2009-12-03: Hydro Field Testing Day One


Yesterday Samalu and I ventured out to a healthy creek near Bat Island
to scope out the hydro potential. From the research I’ve done on the
web, and visiting installed systems nearby on Taveuni, it appears the
two keys to hydro are head and water flow. Head is the vertical drop
in water and water flow is, well, water flow. From there the math
gets complicated and my eyes glaze over. I left iterations in high
school calculus class a long time ago and do not care to return.

We hiked up the creek and found a nice spot with a natural flume. It
is just below the convergence of two creeks and adjacent to a bat
cave. Seriously, there were bats fluttering everywhere clicking their
radar noises and causing me much angst. I steadied my nerves and
stood still with bats whizzing by left and right to get another
reading on my GPS watch. It registered an elevation of 200’. This
was inconsistent, however, so my faith in its ability to pick up
accurate satellite data through the thick trees and clouds wasn’t
high. I was solo at this point as Samalu stopped about half way up to
take a quick nap. Hiking is not his strong suit. On the way, though,
he did point out a clever pig trap one industrious islander had set up
near the creek. After the observations I took note of what materials
I would need to test the flow and we returned to the village.

Day Two:

Today Papa and I made a return trip to Bat Island Creek to measure the
water flow and get more readings on the elevation. Papa had duties
working on the school addition yesterday so he couldn’t join us on the
first trip.

Before leaving we marked a trashcan in 10 litre increments and grabbed
a 5” PVC pipe about 8 feet long. I also clocked the distance from the
village generator shed to the proposed site of the turbine near the
beach at Bat Island. Samalu showed me a short cut across a point
yesterday so we decided to take this route on the way and measure the
distance. We would compare this distance with the beach route on the
return trip. The short cut turned out to be .20 miles longer than the
beach route and much more difficult with swamps, thick bush, and
hills. The overall distance of the shorter route was 1.03 miles.
This will have to be traversed with the turbine power wires if this
site proves workable, and I am assuming we would lose some, if not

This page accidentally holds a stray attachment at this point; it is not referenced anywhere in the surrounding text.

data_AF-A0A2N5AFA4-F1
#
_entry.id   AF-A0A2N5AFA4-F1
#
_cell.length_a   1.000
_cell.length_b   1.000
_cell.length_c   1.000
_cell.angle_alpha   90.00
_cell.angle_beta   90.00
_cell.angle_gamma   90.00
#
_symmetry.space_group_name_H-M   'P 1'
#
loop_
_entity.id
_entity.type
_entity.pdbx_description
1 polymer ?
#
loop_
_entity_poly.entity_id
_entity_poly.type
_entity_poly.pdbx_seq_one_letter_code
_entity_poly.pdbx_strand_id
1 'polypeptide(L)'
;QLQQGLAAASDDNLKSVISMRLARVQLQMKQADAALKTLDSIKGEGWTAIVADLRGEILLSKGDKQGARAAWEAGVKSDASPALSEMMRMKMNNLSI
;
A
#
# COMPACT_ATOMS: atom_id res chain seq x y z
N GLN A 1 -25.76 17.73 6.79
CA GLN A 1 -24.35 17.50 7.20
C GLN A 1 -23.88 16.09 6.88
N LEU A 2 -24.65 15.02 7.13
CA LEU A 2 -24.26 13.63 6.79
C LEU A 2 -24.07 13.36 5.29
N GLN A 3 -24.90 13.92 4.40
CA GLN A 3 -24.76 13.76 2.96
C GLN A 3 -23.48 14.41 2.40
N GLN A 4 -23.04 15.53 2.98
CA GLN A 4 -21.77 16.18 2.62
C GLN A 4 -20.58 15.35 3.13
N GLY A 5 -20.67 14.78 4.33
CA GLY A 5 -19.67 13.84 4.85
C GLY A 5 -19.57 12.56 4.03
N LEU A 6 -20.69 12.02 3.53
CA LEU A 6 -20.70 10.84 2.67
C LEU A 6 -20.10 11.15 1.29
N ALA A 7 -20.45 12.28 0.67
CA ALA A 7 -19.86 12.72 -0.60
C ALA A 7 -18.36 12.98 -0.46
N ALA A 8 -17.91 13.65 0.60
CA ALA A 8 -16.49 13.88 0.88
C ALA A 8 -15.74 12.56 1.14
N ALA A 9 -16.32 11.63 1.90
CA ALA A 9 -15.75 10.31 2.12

substantial, power from the long distance of wire. That will be left
to an engineer to figure out. I’m just an Aggie with a bucket and
enough sense to be dangerous.

At the water flume we wrapped the PVC pipe with one of our broken
rubber exercise bands and pressed it tight within the natural concave
rock flume. This worked pretty good at making a seal and only a small
trickle passed by. It took 4 minutes and 26 seconds to fill the
bucket with 50 litres of water. This is a rate of .188 l/s, which
isn’t very good. The elevation measurements on my GPS were also
whacked out and I got readings varying from 200 feet to 400 feet. The
thought of trying to calculate the elevation using a hand made level
and string in the Fijian bush is something I don’t care to do so we
will have to wait on a good altimeter or a survey crew with good
equipment to figure this one out. At least we can show in our
proposal to funding organizations that we are at least trying.

After the water flow calculation we ventured up the creek about a
quarter of a mile to see if flow was visible higher up. Unfortunately
the creek bed was dry but it was a nice hike nonetheless. Papa said
the creek used to flow year round, even at the higher elevations,
until a large earthquake struck the island in 1979. After that the
flow pretty much stopped and was diverted to the opposite side of the
island. I looked around at the towering Vesi trees and thick bush
surrounding the once flourishing creek bed and admired mother nature’s
resilience and adaptability to changing conditions, even when she
created them. Of course if humans had decided to dam up the creek and
stop the water flow instead of mother nature the islanders would
probably have Al Gore himself show up in his private jet to protest
the pending inhalation of the entire island and a certain rise in sea
levels of 50 feet. The Washington Post would then run front page
headlines lionizing his efforts to not only save a small pacific
island, but also the entire world as this was the very spot all life
originated from, including the internet and Oprah Winfrey.

Anyway, we hiked back down and noticed a nice pool of water about a
tenth of a mile from the water flume spot we had measured earlier.
Papa wisely suggested we measure the water flow here even though I was
ready to book it back to the village for some lunch. We made another
make shift damn with rubber exercise tubes and a sailor hat and
managed to calculate a much better flow of 42 litres in 1 minute, 25
seconds. This calculates out to .50 litres per second, almost five
times higher than the first reading. Unfortunately my GPS was up to
the same tricks and never would give a consistent reading. The best I
could tell was it was about 100 feet lower. Papa also pointed out the
fresh water fish living in the pond; a good sign of consistent water
presence and thus flow.

We walked backed to the village with a successful day of somewhat
scientific analysis under out belts and a litter wiser to what the
island has to offer in regards to hydro power.

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